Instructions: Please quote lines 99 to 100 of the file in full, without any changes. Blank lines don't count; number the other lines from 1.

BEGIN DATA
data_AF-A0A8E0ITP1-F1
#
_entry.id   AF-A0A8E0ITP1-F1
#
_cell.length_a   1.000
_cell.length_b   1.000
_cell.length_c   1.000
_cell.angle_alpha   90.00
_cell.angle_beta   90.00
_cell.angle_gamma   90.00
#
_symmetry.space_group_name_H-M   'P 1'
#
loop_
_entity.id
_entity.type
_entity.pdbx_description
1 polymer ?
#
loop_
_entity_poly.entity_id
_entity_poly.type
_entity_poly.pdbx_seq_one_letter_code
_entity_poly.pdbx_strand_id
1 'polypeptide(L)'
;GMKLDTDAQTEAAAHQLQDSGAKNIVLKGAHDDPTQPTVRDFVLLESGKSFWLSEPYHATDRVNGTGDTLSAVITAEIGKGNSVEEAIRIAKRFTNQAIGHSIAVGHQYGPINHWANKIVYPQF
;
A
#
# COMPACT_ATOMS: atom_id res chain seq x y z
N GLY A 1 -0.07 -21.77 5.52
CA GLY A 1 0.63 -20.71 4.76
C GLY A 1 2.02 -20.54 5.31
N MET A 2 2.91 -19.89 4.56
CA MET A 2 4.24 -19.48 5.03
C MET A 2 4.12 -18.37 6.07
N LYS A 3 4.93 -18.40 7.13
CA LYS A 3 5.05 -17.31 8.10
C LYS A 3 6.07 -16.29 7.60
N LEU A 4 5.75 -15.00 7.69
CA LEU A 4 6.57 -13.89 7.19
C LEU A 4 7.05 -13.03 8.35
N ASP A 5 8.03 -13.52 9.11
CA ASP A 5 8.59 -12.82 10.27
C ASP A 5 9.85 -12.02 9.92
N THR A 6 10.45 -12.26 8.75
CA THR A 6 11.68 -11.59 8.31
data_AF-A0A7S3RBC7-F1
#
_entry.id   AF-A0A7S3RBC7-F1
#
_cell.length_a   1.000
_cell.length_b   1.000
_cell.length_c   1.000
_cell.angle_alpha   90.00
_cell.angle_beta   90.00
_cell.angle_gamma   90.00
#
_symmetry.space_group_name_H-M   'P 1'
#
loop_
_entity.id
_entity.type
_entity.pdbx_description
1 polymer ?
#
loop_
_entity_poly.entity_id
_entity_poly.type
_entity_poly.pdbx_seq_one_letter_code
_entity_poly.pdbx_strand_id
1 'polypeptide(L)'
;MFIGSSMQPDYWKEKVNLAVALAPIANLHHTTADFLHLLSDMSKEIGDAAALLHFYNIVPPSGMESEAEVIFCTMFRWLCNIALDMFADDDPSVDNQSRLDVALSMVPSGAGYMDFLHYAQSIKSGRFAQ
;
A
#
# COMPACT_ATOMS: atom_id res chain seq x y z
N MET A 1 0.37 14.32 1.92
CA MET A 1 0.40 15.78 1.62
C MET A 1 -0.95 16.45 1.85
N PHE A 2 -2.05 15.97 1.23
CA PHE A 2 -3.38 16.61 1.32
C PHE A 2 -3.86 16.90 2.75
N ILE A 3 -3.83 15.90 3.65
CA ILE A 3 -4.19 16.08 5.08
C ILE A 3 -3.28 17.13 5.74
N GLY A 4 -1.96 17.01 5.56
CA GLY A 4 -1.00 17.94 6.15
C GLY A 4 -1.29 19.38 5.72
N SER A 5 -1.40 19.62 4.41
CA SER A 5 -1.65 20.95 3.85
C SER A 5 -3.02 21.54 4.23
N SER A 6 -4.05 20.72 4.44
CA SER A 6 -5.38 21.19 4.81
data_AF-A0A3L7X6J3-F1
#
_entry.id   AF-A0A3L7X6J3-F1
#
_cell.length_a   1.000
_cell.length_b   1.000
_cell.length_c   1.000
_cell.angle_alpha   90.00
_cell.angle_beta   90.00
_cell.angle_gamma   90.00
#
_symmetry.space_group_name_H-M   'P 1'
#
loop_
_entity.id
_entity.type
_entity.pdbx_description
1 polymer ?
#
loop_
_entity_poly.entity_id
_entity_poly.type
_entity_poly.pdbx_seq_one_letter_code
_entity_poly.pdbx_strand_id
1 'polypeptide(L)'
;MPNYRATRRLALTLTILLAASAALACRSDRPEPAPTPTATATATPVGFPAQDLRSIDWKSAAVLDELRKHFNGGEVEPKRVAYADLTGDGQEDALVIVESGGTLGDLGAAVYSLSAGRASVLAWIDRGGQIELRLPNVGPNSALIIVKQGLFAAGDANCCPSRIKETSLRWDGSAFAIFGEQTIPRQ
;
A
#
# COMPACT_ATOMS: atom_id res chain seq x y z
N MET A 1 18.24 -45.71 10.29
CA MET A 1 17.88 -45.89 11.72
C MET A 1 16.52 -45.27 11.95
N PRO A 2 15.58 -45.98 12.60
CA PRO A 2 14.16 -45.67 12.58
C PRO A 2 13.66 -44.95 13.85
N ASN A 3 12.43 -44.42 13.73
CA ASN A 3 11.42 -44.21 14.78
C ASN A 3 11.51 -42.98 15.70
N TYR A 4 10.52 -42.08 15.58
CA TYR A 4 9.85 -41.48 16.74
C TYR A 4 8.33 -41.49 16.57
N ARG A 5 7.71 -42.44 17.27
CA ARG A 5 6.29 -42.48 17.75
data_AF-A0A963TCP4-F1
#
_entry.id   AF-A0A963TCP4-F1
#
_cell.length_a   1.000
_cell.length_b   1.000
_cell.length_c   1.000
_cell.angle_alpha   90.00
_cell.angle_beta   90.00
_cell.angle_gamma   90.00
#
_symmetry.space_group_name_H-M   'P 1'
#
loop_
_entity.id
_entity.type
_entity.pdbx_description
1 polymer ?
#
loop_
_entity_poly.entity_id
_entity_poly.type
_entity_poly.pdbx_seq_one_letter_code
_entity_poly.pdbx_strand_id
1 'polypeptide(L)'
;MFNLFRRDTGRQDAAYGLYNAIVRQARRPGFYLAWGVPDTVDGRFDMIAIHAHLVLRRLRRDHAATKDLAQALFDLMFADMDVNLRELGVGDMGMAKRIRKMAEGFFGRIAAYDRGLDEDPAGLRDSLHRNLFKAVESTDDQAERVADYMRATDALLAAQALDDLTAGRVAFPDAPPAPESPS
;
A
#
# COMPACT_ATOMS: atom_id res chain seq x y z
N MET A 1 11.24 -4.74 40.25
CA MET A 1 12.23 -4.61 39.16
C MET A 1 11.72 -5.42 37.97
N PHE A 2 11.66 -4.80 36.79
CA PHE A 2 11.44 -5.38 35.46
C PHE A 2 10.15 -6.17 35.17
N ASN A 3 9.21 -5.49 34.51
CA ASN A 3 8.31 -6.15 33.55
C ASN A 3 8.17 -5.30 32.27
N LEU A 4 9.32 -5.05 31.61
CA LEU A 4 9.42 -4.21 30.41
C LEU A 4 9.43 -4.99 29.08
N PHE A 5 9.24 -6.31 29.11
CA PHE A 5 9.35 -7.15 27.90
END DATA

_cell.length_a   1.000
_cell.length_b   1.000